John Bennett

British ceramist John Bennett is celebrated for his decorative works with natural motifs and painterly flair, as well as for his role in introducing the Aesthetic Movement to an American audience. Born in 1840, Bennett trained in Staffordshire and, in the early 1870s, joined London’s Doulton & Co., where he served as director of the Faience Department. In this role, Bennett led an initiative to teach women his unique underglazing technique. According to the Brooklyn Museum, “This allowed women to gain a degree of economic independence in an era when they could not vote or readily own property.”

Works created with Bennett’s decorative glazing method were exhibited at the Philadelphia Centennial Exhibition of 1876, where they received ample praise. Encouraged by this success, Bennett immigrated to New York City a year later in 1877, where he launched his own ceramics business. At first, Bennett imported English biscuit from the U.K., but would soon transition to using clay native to his region in making his “Bennett ware.” Blending Asian, Aesthetic Movement, and Arts and Crafts Movement influences, Bennett created works that became highly sought after. As E.A. Barber observed, “The shapes were simple and generally devoid of handles or moulded ornaments. The decorations consisted chiefly of flowers and foliage, drawn from nature in a vigorous and ornate style, and painted with very few touches.”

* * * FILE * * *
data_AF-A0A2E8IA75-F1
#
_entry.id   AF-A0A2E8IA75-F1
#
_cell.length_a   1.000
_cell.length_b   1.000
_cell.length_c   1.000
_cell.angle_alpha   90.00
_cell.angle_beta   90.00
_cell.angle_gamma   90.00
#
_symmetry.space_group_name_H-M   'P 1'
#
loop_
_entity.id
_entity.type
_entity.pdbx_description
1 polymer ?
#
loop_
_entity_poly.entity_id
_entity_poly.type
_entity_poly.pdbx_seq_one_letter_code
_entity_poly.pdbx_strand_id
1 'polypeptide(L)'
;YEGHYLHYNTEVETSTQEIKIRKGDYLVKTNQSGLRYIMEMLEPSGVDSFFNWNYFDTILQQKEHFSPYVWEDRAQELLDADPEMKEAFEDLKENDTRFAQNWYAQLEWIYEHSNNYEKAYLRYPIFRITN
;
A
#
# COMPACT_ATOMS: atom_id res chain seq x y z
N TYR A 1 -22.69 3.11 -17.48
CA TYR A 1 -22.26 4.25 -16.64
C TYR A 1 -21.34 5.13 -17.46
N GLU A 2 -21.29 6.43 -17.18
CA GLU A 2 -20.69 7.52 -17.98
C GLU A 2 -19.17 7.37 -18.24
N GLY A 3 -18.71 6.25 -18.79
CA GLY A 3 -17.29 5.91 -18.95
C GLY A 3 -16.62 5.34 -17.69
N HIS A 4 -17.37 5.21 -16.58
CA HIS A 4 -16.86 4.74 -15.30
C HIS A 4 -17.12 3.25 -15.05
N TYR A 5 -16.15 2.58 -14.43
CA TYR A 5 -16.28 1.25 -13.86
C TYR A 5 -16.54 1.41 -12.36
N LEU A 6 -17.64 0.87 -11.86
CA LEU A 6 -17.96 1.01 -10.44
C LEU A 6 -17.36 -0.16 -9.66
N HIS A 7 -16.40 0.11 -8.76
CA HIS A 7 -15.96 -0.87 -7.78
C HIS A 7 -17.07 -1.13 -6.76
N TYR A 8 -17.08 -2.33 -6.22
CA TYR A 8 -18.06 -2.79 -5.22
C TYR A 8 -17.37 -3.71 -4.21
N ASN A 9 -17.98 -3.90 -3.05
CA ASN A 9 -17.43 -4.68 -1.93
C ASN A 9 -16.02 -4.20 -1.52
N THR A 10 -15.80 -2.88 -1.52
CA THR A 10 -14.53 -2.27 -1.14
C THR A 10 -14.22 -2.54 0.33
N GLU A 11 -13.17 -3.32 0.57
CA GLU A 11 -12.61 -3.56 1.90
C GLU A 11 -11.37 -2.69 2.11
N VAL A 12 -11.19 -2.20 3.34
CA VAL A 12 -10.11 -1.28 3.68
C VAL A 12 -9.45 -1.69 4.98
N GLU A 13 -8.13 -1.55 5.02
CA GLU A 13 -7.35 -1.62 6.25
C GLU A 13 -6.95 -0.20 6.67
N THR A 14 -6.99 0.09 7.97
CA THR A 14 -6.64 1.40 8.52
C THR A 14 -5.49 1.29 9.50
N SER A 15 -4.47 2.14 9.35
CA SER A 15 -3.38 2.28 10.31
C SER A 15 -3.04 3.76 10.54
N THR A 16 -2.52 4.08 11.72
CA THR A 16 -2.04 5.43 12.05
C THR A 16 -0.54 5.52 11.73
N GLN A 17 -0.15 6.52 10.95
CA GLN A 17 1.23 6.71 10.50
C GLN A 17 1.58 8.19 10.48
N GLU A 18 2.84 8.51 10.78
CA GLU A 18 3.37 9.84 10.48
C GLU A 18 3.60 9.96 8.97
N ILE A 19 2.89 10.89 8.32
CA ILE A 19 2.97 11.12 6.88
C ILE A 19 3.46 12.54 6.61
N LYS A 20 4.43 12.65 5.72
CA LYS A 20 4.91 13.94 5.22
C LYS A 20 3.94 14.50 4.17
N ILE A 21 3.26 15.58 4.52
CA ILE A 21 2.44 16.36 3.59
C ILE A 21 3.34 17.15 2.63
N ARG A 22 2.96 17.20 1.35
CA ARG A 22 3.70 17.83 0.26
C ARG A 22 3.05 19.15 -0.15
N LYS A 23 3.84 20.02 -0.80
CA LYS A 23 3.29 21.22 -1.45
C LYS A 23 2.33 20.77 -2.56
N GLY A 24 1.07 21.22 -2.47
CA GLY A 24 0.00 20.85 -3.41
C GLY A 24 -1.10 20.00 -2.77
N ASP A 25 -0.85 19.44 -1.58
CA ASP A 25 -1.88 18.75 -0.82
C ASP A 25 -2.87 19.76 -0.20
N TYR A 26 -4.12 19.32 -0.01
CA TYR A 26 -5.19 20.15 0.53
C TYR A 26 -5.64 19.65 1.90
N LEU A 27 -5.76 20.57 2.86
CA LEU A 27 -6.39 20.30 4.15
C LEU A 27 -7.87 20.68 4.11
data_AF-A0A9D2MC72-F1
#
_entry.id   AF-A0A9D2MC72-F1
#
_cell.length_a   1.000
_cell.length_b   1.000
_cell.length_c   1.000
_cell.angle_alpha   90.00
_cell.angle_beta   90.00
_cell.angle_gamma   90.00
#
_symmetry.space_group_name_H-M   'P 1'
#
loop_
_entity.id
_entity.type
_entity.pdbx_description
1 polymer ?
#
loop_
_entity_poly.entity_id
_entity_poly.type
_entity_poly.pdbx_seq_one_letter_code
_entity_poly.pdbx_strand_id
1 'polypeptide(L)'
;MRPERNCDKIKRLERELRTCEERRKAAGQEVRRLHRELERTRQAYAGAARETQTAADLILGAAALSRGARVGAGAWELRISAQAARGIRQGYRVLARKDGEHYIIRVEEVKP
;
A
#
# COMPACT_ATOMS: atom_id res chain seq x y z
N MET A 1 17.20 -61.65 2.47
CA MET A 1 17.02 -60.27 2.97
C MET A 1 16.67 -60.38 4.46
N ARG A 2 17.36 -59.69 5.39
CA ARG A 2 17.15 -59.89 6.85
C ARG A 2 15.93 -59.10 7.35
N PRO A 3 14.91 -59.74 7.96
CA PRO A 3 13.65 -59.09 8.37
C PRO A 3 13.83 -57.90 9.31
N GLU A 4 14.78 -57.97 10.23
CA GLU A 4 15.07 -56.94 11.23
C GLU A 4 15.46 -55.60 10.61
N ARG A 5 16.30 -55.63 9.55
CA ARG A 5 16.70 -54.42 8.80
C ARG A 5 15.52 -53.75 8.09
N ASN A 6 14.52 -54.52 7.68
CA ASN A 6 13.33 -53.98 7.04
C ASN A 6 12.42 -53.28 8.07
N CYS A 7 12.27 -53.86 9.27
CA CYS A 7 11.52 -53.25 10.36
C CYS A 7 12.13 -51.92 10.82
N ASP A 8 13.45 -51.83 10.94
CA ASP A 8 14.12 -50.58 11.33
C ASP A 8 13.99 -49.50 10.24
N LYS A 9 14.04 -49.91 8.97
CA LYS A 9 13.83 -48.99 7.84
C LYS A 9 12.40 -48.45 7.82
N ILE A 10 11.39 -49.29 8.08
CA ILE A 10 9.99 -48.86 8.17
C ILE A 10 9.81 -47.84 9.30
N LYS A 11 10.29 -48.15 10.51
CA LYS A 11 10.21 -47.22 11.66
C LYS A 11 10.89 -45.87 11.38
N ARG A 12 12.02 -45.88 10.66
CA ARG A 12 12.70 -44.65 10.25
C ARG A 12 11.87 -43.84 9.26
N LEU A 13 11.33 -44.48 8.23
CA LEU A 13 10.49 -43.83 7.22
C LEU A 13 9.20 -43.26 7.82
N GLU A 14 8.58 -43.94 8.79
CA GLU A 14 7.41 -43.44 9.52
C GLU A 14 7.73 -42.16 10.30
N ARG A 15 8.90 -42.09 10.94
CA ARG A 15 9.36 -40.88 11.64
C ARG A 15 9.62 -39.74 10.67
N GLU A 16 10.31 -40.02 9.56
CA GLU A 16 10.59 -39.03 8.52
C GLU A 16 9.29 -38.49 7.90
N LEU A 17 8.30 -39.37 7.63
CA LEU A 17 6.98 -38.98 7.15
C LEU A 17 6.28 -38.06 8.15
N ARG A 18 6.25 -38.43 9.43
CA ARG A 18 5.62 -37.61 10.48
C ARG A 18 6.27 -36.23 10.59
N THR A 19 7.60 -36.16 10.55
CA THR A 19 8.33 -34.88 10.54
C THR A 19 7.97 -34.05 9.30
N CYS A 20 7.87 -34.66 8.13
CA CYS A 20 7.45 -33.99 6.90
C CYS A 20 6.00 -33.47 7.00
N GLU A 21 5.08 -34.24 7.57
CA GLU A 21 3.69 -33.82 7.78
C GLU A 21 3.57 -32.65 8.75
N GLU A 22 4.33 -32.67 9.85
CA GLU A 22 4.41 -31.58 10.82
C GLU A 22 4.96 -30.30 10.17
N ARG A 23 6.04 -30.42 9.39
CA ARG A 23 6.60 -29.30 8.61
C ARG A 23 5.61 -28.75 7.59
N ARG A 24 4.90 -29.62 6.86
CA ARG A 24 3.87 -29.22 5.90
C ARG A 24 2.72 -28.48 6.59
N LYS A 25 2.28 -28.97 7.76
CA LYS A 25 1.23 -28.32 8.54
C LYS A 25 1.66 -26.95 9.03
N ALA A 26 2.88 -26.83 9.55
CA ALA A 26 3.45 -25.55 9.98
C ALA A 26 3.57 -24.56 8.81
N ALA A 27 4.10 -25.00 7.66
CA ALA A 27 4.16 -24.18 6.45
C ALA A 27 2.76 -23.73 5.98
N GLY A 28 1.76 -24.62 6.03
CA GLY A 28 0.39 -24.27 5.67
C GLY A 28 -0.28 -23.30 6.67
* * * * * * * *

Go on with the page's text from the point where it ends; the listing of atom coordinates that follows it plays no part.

In 1878, Bennett joined New York’s newly established Society of Decorative Art in a teaching role, and was succeeded by Charles Volkmar the next year. Bennett retired in 1883, moving to a New Jersey farmstead where he created relatively few new ceramic pieces, instead offering private art classes. Today, Bennett’s works are held in many important institutional collections including the Metropolitan Museum of Art, the Carnegie Museum of Art, the Boston Museum of Fine Arts, and the Brooklyn Museum.

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